When they just don’t sleep…

photo-127As the time logs come in for Mosaic, I’m seeing a variety of family situations and time (and life) challenges. Most women get enough sleep, which is why I found “June’s” situation poignant. I wasn’t pleased with my response to her biggest challenge, so I thought I’d put it out here for better ideas.

June is a single, custodial mother of 3 young kids. June earns good money working for a tech company, and has a reasonable amount of control of her schedule. The kids go to daycare while she’s working. Their father can take them for a few hours at a time, and does for a bit on weekends, but for various reasons, isn’t going to be much of a resource for helping her on her biggest issue.  

Which is this: The kids don’t sleep. The two littlest ones (2-year-old twins), that is. She was in bed from about 10:30-6 or so most nights, which in theory should be adequate, but she was always up at least once with one of the kids, and one night she was up 4 times with them. The twins don’t wake each other up, it’s just that they both wake up at least once during the night and since there are two of them, this starts to add up. They go to bed all right (she invested a lot of time and effort in getting them to go down regularly at 8/8:30), but they do not stay asleep.

This constant sleep interruption is obviously taking its toll on her. She would like to work a few more hours, but the normal approach — split shifts, and work from 9-10:30 pm after the kids go to bed — doesn’t work when she’s so exhausted. So she spends this time in front of the TV or surfing the web instead until she falls asleep.

When we talked, she was starting to do a couple of smart things to manage her energy. She hired a housekeeper for about 9 hours a week to do the cleaning, laundry, lunch-packing, etc. She’s taking a yoga class twice a week during the times the children’s father has them. She normally eats lunch at her desk, so I suggested she force herself to take a 20-minute walk instead. A little bit of fresh air and exercise can perk you up during the day. She can move brainless emails from this lunchtime slot to her TV time at night (just answer a few on the smart phone during commercials). She has enough time to grab an hour-long nap in addition to her yoga class when the kids are with their dad. She did this once during the weekend she logged, and I suggested she make it a regular thing. That’s not the time for paying bills, puttering around the house, etc.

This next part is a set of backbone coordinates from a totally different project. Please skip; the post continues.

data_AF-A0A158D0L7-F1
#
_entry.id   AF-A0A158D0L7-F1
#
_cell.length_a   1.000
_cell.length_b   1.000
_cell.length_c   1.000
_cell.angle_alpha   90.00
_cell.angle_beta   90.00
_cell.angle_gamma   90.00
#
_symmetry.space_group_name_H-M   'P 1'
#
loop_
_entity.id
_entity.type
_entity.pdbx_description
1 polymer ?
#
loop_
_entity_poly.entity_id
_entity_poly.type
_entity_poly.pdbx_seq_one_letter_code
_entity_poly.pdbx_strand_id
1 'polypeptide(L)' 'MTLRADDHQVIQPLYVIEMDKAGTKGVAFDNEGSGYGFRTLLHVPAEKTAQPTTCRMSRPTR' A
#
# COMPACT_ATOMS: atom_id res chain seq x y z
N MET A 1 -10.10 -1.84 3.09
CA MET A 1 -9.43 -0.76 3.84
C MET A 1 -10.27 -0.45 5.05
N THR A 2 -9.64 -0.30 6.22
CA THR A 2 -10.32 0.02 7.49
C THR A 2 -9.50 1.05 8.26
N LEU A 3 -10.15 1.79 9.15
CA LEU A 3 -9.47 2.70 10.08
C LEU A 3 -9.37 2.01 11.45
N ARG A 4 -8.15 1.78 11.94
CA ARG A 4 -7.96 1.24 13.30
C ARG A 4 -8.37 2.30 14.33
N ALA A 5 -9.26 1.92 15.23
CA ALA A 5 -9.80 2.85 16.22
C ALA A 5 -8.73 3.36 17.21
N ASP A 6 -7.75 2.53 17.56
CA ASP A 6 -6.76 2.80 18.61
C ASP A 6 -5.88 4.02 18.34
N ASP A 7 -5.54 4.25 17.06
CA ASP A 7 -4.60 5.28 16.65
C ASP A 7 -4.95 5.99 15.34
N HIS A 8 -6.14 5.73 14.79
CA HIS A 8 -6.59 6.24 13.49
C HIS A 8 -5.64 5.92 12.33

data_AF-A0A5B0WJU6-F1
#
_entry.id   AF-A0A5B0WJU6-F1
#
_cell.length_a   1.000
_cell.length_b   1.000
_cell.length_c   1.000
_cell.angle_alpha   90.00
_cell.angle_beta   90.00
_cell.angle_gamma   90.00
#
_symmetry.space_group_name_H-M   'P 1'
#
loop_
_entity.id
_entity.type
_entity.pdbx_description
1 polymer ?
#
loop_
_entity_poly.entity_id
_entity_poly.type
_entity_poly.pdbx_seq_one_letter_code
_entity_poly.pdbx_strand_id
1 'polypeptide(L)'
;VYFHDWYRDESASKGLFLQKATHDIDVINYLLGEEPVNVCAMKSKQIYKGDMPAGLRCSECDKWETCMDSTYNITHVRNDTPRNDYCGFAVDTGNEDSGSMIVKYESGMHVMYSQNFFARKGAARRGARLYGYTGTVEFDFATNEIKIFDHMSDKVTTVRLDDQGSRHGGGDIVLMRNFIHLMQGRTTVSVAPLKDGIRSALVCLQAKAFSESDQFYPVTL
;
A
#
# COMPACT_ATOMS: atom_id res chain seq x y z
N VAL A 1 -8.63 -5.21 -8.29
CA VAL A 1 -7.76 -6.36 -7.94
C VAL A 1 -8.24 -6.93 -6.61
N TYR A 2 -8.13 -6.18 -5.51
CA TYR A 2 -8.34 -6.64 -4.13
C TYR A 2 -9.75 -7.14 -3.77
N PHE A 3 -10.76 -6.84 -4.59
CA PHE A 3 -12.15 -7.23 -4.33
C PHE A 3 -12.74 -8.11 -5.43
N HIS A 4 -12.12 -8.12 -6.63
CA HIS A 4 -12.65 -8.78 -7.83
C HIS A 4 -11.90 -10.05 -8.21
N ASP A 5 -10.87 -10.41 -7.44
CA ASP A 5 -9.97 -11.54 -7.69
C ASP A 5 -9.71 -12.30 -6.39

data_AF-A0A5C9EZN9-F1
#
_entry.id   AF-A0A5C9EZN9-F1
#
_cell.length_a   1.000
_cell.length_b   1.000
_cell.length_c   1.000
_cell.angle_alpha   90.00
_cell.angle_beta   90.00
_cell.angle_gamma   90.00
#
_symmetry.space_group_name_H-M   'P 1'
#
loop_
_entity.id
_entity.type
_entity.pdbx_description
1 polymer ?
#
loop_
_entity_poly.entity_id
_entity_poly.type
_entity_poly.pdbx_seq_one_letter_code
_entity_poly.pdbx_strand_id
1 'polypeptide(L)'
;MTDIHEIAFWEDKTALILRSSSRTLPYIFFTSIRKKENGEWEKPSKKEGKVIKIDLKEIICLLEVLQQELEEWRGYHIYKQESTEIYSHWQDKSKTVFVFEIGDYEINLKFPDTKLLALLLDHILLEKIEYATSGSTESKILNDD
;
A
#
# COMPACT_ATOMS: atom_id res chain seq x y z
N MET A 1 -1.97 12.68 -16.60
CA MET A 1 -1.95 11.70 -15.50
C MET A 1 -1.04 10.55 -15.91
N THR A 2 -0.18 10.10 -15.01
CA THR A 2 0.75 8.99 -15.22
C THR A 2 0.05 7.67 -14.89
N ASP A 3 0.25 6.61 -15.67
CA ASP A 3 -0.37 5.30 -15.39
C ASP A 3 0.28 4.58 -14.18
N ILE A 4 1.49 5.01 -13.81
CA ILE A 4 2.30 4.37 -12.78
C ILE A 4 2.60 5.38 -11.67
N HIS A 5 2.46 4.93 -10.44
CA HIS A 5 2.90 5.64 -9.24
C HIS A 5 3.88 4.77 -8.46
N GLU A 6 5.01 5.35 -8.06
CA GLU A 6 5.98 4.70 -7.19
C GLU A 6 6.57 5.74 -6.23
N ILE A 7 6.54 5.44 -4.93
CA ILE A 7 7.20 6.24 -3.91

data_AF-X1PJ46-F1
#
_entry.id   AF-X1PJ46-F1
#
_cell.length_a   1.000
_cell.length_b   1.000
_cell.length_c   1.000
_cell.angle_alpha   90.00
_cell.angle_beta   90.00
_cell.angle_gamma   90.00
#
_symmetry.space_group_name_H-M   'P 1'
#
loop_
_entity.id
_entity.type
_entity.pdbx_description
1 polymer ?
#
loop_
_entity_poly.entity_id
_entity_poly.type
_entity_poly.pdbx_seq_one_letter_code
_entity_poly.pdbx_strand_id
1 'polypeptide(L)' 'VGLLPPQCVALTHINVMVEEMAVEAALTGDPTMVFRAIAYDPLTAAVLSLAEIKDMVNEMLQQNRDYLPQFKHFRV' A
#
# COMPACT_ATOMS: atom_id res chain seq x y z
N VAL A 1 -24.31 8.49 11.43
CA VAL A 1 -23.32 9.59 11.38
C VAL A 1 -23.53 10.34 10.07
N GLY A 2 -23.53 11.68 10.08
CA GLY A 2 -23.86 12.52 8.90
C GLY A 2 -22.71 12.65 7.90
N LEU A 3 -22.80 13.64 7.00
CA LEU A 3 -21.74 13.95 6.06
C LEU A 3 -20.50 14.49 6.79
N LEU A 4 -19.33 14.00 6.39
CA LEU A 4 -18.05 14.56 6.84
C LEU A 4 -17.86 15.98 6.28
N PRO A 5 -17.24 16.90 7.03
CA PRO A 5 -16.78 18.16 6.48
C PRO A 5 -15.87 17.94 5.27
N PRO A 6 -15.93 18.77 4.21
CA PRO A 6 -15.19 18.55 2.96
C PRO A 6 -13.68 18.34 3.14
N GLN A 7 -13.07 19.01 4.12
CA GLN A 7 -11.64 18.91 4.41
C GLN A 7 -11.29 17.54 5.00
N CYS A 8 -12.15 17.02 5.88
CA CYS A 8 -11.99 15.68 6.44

She can also try to go to bed earlier. When it’s impossible to sleep in, you can “sleep in” by getting to bed earlier. She spent 90 minutes to 3 hours on TV or internet at night. Trying to hold it to an hour or so would give her decompression time but also let her log a few more hours in bed before the wake-ups started.

Hopefully, the wake-ups are not a permanent thing. Her 4-year-old was only up once during the week, so presumably the twins will grow out of it too. There will be light at the end of the tunnel. But I spent some time on the phone with June trying to brainstorm ways she could get, say, 1 night every 2 weeks on her own, uninterrupted. She currently doesn’t have to travel for work, but this is something that could happen eventually, so she should be thinking about it anyway.

One option is calling in extended family chits. Again, we’re just trying to get through the next year. While asking people to visit mostly because you want them to lose a night or two of sleep may seem like a big ask, people may be more willing to help than you think. At least a few nights over the next year might be doable. She also has a number of friends, and while, again, it seems like a big ask, people might be willing to do one night.

She could also hire an overnight sitter once every few weeks. June had prioritized outsourcing housework, and with three children in daycare, she already felt like a lot of money was going out the door. But this could be an option every few weeks.

Obviously the big win would be if the 2-year-olds learned to get themselves back to sleep. The problem here is that when you’re so exhausted, lying awake listening to them call for Mommy for an uncertain amount of time is tough. It seems easier to get up, shush them back to sleep, and then go back to bed yourself.

I’m curious if others have suggestions for June on how to cope with this situation, and hopefully start getting more rest. I know I have readers who are single parents, and also readers whose kids don’t sleep well  (and some Venn diagram overlap between the two). What can June do to claw out from exhaustion?

Photo: My 6-year-old snapped this shot while playing with my iPhone while I was out shoveling snow.



21 Responses to When they just don’t sleep…